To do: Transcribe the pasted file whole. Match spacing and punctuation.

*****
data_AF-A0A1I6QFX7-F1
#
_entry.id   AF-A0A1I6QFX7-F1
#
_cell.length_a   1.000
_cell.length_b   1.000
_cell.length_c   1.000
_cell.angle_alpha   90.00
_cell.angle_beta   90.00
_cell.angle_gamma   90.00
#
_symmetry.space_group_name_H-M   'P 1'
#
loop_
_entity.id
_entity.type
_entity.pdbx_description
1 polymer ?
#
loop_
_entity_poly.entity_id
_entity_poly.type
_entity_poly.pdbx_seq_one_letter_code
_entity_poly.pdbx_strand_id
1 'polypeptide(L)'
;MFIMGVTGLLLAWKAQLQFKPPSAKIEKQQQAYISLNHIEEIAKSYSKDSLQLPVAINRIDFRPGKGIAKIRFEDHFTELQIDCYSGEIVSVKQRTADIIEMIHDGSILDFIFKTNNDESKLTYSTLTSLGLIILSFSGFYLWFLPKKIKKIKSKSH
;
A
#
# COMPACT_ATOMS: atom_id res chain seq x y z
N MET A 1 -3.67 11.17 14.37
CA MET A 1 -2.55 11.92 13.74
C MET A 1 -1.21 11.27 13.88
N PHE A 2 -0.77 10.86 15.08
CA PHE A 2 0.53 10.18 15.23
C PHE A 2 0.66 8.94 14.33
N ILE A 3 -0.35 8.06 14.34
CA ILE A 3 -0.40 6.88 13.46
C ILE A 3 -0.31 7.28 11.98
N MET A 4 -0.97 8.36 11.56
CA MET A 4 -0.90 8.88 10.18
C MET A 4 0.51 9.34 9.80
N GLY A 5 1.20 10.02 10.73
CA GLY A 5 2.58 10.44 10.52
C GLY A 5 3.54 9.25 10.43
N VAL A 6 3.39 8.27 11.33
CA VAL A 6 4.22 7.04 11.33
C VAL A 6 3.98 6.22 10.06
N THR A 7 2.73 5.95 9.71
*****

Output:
data_AF-A0A1I6QFX7-F1
#
_entry.id   AF-A0A1I6QFX7-F1
#
_cell.length_a   1.000
_cell.length_b   1.000
_cell.length_c   1.000
_cell.angle_alpha   90.00
_cell.angle_beta   90.00
_cell.angle_gamma   90.00
#
_symmetry.space_group_name_H-M   'P 1'
#
loop_
_entity.id
_entity.type
_entity.pdbx_description
1 polymer ?
#
loop_
_entity_poly.entity_id
_entity_poly.type
_entity_poly.pdbx_seq_one_letter_code
_entity_poly.pdbx_strand_id
1 'polypeptide(L)'
;MFIMGVTGLLLAWKAQLQFKPPSAKIEKQQQAYISLNHIEEIAKSYSKDSLQLPVAINRIDFRPGKGIAKIRFEDHFTELQIDCYSGEIVSVKQRTADIIEMIHDGSILDFIFKTNNDESKLTYSTLTSLGLIILSFSGFYLWFLPKKIKKIKSKSH
;
A
#
# COMPACT_ATOMS: atom_id res chain seq x y z
N MET A 1 -3.67 11.17 14.37
CA MET A 1 -2.55 11.92 13.74
C MET A 1 -1.21 11.27 13.88
N PHE A 2 -0.77 10.86 15.08
CA PHE A 2 0.53 10.18 15.23
C PHE A 2 0.66 8.94 14.33
N ILE A 3 -0.35 8.06 14.34
CA ILE A 3 -0.40 6.88 13.46
C ILE A 3 -0.31 7.28 11.98
N MET A 4 -0.97 8.36 11.56
CA MET A 4 -0.90 8.88 10.18
C MET A 4 0.51 9.34 9.80
N GLY A 5 1.20 10.02 10.73
CA GLY A 5 2.58 10.44 10.52
C GLY A 5 3.54 9.25 10.43
N VAL A 6 3.39 8.27 11.33
CA VAL A 6 4.22 7.04 11.33
C VAL A 6 3.98 6.22 10.06
N THR A 7 2.73 5.95 9.71